"I give to the University of San Diego, a nonprofit corporation currently located at 5998 Alcala Park, San Diego, California, 92110-2492, or its successor thereto, ______________ [written amount or percentage of the estate or description of property] for its unrestricted use and purpose."

able to be changed or cancelled

A revocable living trust is set up during your lifetime and can be revoked at any time before death. They allow assets held in the trust to pass directly to beneficiaries without probate court proceedings and can also reduce federal estate taxes.

cannot be changed or cancelled

tax on gifts generally paid by the person making the gift rather than the recipient

the original value of an asset, such as stock, before its appreciation or depreciation

the growth in value of an asset like stock or real estate since the original purchase

the price a willing buyer and willing seller can agree on

The person receiving the gift annuity payments.

the part of an estate left after debts, taxes and specific bequests have been paid

a written and properly witnessed legal change to a will

the person named in a will to manage the estate, collect the property, pay any debt, and distribute property according to the will

A donor advised fund is an account that you set up but which is managed by a nonprofit organization. You contribute to the account, which grows tax-free. You can recommend how much (and how often) you want to distribute money from that fund to USD or other charities. You cannot direct the gifts.

An endowed gift can create a new endowment or add to an existing endowment. The principal of the endowment is invested and a portion of the principal’s earnings are used each year to support our mission.

Tax on the growth in value of an asset—such as real estate or stock—since its original purchase.

Securities, real estate or any other property having a fair market value greater than its original purchase price.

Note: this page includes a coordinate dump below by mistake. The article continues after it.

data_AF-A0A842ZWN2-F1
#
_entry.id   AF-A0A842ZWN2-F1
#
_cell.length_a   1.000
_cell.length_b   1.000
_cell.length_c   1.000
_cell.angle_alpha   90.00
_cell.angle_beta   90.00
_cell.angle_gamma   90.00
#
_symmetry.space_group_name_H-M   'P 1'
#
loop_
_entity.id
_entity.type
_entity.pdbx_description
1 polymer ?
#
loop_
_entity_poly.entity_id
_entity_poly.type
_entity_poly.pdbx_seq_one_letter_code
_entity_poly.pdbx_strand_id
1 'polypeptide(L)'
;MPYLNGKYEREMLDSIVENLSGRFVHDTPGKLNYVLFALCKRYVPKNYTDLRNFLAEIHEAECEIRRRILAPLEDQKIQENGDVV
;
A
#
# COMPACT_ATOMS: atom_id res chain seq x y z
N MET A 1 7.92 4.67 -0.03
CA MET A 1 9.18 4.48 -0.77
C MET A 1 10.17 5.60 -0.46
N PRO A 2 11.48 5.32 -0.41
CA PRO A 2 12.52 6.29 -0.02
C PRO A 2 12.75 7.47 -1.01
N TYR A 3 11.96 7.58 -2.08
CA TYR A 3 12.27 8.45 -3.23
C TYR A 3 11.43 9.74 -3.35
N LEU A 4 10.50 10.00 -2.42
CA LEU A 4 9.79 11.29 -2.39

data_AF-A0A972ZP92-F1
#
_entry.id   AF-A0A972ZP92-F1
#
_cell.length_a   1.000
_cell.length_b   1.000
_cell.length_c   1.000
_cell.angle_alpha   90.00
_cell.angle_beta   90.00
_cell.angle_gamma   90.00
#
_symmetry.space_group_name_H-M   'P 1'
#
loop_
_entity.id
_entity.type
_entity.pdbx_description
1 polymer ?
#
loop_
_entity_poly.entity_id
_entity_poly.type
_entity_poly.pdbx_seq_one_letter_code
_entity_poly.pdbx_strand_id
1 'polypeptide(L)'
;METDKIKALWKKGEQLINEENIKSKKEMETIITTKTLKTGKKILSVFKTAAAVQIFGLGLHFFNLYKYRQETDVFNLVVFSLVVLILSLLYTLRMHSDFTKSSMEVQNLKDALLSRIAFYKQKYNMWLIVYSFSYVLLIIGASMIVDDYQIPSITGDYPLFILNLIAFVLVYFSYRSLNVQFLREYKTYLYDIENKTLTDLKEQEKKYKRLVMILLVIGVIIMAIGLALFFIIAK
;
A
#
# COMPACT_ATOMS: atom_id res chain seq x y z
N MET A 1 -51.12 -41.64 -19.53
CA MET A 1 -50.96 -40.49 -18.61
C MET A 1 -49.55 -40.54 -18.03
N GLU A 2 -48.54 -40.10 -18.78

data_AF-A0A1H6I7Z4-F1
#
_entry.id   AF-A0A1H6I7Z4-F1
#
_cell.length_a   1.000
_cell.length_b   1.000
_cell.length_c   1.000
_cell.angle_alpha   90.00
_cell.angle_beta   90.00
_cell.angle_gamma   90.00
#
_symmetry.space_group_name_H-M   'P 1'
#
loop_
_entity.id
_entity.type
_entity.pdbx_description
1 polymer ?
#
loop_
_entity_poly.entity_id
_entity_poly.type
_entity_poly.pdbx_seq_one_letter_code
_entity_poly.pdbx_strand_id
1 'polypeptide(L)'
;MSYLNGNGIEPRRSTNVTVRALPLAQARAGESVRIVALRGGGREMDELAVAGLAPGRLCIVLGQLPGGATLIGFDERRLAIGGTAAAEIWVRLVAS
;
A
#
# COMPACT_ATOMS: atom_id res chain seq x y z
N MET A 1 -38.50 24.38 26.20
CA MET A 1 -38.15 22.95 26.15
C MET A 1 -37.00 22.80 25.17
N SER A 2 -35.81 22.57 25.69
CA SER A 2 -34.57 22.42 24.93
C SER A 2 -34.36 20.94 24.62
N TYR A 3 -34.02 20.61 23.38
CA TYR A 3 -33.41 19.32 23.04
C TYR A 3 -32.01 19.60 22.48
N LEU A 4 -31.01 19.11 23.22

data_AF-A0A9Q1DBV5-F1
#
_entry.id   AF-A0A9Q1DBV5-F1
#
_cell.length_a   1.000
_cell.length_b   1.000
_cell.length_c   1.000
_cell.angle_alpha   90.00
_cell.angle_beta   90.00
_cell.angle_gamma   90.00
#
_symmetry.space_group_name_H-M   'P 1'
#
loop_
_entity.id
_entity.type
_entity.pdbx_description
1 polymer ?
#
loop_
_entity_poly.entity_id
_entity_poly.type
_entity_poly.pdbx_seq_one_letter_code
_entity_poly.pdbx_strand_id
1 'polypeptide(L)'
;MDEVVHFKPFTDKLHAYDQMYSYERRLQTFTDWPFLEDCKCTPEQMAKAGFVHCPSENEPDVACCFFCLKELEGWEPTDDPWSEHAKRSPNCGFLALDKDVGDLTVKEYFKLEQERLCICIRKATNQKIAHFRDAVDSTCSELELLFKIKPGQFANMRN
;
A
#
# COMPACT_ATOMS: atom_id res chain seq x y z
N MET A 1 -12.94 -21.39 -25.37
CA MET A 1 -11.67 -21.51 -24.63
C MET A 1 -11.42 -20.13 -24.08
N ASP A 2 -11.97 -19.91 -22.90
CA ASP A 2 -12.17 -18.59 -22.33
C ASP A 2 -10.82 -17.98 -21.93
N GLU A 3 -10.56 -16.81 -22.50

Real estate can be a personal residence, vacation home, timeshare property, farm, commercial property or undeveloped land.

A charitable remainder trust provides you or other named individuals income each year for life or a period not exceeding 20 years from assets you give to the trust you create.

You give assets to a trust that pays our organization set payments for a number of years, which you choose. The longer the length of time, the better the potential tax savings to you. When the term is up, the remaining trust assets go to you, your family or other beneficiaries you select. This is an excellent way to transfer property to family members at a minimal cost.

You fund this type of trust with cash or appreciated assets—and may qualify for a federal income tax charitable deduction when you itemize. You can also make additional gifts; each one also qualifies for a tax deduction. The trust pays you, each year, a variable amount based on a fixed percentage of the fair market value of the trust assets. When the trust terminates, the remaining principal goes to USD as a lump sum.

You fund this trust with cash or appreciated assets—and may qualify for a federal income tax charitable deduction when you itemize. Each year the trust pays you or another named individual the same dollar amount you choose at the start. When the trust terminates, the remaining principal goes to USD as a lump sum.

A beneficiary designation clearly identifies how specific assets will be distributed after your death.

A charitable gift annuity involves a simple contract between you and USD where you agree to make a gift to USD and we, in return, agree to pay you (and someone else, if you choose) a fixed amount each year for the rest of your life.